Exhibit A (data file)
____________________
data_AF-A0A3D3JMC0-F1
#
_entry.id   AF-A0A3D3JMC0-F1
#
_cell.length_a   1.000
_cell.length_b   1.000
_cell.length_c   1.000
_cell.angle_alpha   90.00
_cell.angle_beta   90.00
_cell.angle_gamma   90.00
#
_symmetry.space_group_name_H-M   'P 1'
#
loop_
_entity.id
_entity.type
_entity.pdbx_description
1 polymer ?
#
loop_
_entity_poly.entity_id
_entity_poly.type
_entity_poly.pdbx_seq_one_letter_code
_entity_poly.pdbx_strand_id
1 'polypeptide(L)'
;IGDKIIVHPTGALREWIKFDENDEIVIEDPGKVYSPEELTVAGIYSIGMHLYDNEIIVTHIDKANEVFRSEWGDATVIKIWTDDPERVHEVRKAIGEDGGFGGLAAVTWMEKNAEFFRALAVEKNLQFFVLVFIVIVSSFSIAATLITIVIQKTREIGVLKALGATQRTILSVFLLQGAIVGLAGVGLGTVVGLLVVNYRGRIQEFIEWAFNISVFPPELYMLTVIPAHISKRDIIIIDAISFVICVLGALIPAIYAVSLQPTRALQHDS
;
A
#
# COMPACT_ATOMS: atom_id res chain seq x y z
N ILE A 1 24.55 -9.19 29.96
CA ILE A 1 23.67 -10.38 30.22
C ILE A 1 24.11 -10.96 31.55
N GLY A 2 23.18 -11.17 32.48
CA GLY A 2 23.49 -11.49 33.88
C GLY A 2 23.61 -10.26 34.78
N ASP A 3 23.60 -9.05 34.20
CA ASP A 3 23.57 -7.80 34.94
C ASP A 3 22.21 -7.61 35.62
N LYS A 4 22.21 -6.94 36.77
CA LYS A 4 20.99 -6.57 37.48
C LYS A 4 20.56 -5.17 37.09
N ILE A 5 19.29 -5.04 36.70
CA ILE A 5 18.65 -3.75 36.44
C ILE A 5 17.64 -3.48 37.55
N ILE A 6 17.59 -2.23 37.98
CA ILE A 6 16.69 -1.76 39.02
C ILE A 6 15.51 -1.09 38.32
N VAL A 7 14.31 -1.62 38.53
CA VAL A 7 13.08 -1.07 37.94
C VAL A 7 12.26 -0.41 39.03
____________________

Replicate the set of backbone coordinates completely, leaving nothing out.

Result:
data_AF-A0A3D3JMC0-F1
#
_entry.id   AF-A0A3D3JMC0-F1
#
_cell.length_a   1.000
_cell.length_b   1.000
_cell.length_c   1.000
_cell.angle_alpha   90.00
_cell.angle_beta   90.00
_cell.angle_gamma   90.00
#
_symmetry.space_group_name_H-M   'P 1'
#
loop_
_entity.id
_entity.type
_entity.pdbx_description
1 polymer ?
#
loop_
_entity_poly.entity_id
_entity_poly.type
_entity_poly.pdbx_seq_one_letter_code
_entity_poly.pdbx_strand_id
1 'polypeptide(L)'
;IGDKIIVHPTGALREWIKFDENDEIVIEDPGKVYSPEELTVAGIYSIGMHLYDNEIIVTHIDKANEVFRSEWGDATVIKIWTDDPERVHEVRKAIGEDGGFGGLAAVTWMEKNAEFFRALAVEKNLQFFVLVFIVIVSSFSIAATLITIVIQKTREIGVLKALGATQRTILSVFLLQGAIVGLAGVGLGTVVGLLVVNYRGRIQEFIEWAFNISVFPPELYMLTVIPAHISKRDIIIIDAISFVICVLGALIPAIYAVSLQPTRALQHDS
;
A
#
# COMPACT_ATOMS: atom_id res chain seq x y z
N ILE A 1 24.55 -9.19 29.96
CA ILE A 1 23.67 -10.38 30.22
C ILE A 1 24.11 -10.96 31.55
N GLY A 2 23.18 -11.17 32.48
CA GLY A 2 23.49 -11.49 33.88
C GLY A 2 23.61 -10.26 34.78
N ASP A 3 23.60 -9.05 34.20
CA ASP A 3 23.57 -7.80 34.94
C ASP A 3 22.21 -7.61 35.62
N LYS A 4 22.21 -6.94 36.77
CA LYS A 4 20.99 -6.57 37.48
C LYS A 4 20.56 -5.17 37.09
N ILE A 5 19.29 -5.04 36.70
CA ILE A 5 18.65 -3.75 36.44
C ILE A 5 17.64 -3.48 37.55
N ILE A 6 17.59 -2.23 37.98
CA ILE A 6 16.69 -1.76 39.02
C ILE A 6 15.51 -1.09 38.32
N VAL A 7 14.31 -1.62 38.53
CA VAL A 7 13.08 -1.07 37.94
C VAL A 7 12.26 -0.41 39.03